• Cid Highwind, the foul-mouthed, chain-smoking pilot of Rocket Town whose dream was to be the first man in space. He was forced to abort the mission after his assistant, Shera, was running a safety check on the rocket and would have burned to death had it taken off. Despite his bitter attitude, Cid nevertheless has a good heart and cares about his friends.
  • Yuffie Kisaragi, known first as the Mystery Ninja, can be encountered in any forest after the events at the Mythril Mine. A self-professed Materia hunter, she is sneaky and playful, getting on the nerves of the party numerous times. Later it is revealed she only 'hunts' Materia to restore her home of Wutai to its former glory.
  • Vincent Valentine, discovered sleeping in a coffin by the party at Shinra Mansion in Nibelheim, Vincent is a former Turk with a traumatic past. After being subject to numerous experiments, Vincent became able to change into monstrous forms, but he felt immense shame and sealed himself in the coffin. Like Red XIII, he speaks little but offers helpful advice when he does.
  • Sephiroth, is a temporary party member during a single sequence, who cannot be controlled, or have his equipment changed.

Important characters in Shinra Electric Power Company are Reeve Tuesti (Head of Urban Development), Professor Hojo (Head of the Science Department), Palmer (Head of Space Exploration), Heidegger (Head of the Peace Preservation Department), Scarlet (Head of Weapons Research and Development), President Shinra, his son Rufus Shinra, and the members of a secret police organization called the Turks; Elena, Rude, Reno, and Tseng.

Aeris's name in the original English language release of Final Fantasy VII was incorrectly transliterated from "Aerith". Later products that include her as a character, such as Kingdom Hearts, Crisis Core -Final Fantasy VII-, and the movie Final Fantasy VII: Advent Children retcon the name to Aerith, although her name remains as Aeris in the latest releases of Final Fantasy VII on the PlayStation Network and PC.

Subsequent appearances

Final Fantasy VII proved popular enough for Square to include several characters from the title in other games. Cloud, Tifa, Sephiroth, Vincent, Yuffie, and Zack are playable characters in the fighting game Ehrgeiz: God Bless the Ring. Cloud appears as a secret playable character in Chocobo Racing and in Final Fantasy Tactics, where an alternate Aerith makes a cameo as well.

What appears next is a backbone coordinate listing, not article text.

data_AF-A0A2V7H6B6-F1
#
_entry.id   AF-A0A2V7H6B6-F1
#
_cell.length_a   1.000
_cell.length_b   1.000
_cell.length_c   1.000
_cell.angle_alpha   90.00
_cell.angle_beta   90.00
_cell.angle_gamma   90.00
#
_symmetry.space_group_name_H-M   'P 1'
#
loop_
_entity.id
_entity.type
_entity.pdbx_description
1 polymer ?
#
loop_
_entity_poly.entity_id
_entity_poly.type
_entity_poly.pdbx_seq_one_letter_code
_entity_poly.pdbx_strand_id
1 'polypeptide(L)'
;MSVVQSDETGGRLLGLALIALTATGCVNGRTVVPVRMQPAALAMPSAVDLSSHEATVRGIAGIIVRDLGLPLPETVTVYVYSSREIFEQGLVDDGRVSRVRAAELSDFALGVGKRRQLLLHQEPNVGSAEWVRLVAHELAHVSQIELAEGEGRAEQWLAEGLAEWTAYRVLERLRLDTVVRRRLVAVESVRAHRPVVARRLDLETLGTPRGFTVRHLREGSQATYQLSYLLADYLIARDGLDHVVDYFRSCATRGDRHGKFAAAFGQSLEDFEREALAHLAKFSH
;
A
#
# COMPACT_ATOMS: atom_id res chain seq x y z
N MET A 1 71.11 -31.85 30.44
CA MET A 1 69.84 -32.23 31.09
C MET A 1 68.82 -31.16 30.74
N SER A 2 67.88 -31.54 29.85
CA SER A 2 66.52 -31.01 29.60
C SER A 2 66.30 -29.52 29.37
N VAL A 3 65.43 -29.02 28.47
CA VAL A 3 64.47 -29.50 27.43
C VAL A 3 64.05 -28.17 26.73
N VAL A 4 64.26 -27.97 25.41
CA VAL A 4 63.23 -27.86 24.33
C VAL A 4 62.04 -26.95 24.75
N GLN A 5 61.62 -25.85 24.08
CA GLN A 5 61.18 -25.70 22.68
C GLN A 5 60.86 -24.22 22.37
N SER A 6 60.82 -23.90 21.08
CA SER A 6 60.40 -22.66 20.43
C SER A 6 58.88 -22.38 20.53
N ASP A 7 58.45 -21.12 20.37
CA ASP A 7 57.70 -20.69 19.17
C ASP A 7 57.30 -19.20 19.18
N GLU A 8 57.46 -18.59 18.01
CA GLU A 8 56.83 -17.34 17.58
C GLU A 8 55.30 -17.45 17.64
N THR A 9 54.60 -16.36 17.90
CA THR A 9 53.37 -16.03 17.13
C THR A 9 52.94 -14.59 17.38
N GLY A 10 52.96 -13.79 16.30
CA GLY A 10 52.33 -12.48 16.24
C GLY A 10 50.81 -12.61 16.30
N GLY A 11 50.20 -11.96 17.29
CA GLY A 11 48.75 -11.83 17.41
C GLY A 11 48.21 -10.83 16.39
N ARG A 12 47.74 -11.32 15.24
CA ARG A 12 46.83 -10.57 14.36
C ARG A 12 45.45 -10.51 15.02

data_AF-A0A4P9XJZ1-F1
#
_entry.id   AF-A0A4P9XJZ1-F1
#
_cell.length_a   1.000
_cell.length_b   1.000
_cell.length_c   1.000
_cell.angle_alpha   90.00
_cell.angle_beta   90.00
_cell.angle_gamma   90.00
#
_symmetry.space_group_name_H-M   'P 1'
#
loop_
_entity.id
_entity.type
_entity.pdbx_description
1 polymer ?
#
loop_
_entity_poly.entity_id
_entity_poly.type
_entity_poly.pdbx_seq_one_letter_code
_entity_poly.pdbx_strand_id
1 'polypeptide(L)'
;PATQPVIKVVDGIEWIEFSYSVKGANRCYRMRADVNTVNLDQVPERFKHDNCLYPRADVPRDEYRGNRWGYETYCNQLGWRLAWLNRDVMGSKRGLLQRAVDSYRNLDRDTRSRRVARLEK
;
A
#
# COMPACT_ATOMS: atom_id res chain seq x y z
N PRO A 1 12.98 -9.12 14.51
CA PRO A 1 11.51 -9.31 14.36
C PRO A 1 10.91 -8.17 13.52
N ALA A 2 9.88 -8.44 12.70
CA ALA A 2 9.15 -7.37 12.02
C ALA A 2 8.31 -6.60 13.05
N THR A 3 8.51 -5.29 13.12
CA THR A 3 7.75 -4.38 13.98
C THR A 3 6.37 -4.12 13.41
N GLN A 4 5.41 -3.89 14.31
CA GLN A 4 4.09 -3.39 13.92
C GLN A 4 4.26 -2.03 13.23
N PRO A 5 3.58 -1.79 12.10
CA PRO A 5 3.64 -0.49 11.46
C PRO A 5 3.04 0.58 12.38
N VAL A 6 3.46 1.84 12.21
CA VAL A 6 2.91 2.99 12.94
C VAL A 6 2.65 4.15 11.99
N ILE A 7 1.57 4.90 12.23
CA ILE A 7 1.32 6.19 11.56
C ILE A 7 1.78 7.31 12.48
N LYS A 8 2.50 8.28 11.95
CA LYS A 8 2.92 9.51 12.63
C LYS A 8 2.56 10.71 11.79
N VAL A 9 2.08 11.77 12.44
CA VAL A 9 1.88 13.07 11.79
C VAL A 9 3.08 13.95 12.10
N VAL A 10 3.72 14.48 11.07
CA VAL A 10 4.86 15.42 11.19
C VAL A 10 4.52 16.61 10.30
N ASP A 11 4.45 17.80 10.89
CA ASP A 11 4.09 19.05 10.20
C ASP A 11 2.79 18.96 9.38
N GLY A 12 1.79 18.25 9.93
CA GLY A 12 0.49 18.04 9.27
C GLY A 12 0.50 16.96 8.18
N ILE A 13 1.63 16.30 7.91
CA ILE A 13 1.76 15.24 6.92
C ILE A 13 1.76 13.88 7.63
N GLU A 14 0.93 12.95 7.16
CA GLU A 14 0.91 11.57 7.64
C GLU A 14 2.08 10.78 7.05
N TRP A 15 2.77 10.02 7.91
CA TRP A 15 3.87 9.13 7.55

Cloud, Aerith, Yuffie, Cid, and Sephiroth appear in Kingdom Hearts, in Kingdom Hearts: Chain of Memories and they all appear in Kingdom Hearts II with the addition of Tifa.

Cloud, Tifa, Aerith, and Sephiroth appear in the game Dragon Quest and Final Fantasy in Itadaki Street Special, and again in Itadaki Street Portable with the addition of Yuffie.

All playable characters reappear in Final Fantasy VII: Advent Children, and most appear at various times in other Compilation of Final Fantasy VII titles. Cloud and Aerith, who both appear in the game's cinematic introduction, were featured in a remake of this cinematic in a technical demonstration for the PlayStation 3 in 2005.

Several Final Fantasy VII characters have appeared in Sackboy form in an expansion pack of the PlayStation 3 game, Little Big Planet 2, including costumes of Cloud, Tifa, Aerith, Vincent and Sephiroth.

Zack appears in Kingdom Hearts Birth by Sleep due to his status as a Final Fantasy character from the past.

Cloud and Sephiroth feature in Dissidia Final Fantasy, and are joined by Tifa and Aerith, the latter being an assist only character in Dissidia 012 Final Fantasy.



An energy manufacturing mega-company known as Shinra, Inc. is harvesting the sheer life energy of the Planet (known as the Lifestream) as a simple fossil fuel. The Lifestream is processed and made into products ranging from electricity and heat to Mako and Materia. The latter two materials can work miracles, granting the wisdom of the Ancients to the user. However, the Lifestream, like most other fuels, is finite in supply, and the Planet's lifeforce is being malevolently drained by the constant exploitation of Mako by Shinra. Though aware of the harmful effects, they function without remorse.

However, the real battle lies not with a corporation, but a force much more competent from the distant past. A long-thought dead warrior bent on becoming a god by draining all of the Lifestream from the Planet has risen again and will stop at nothing to achieve his goal.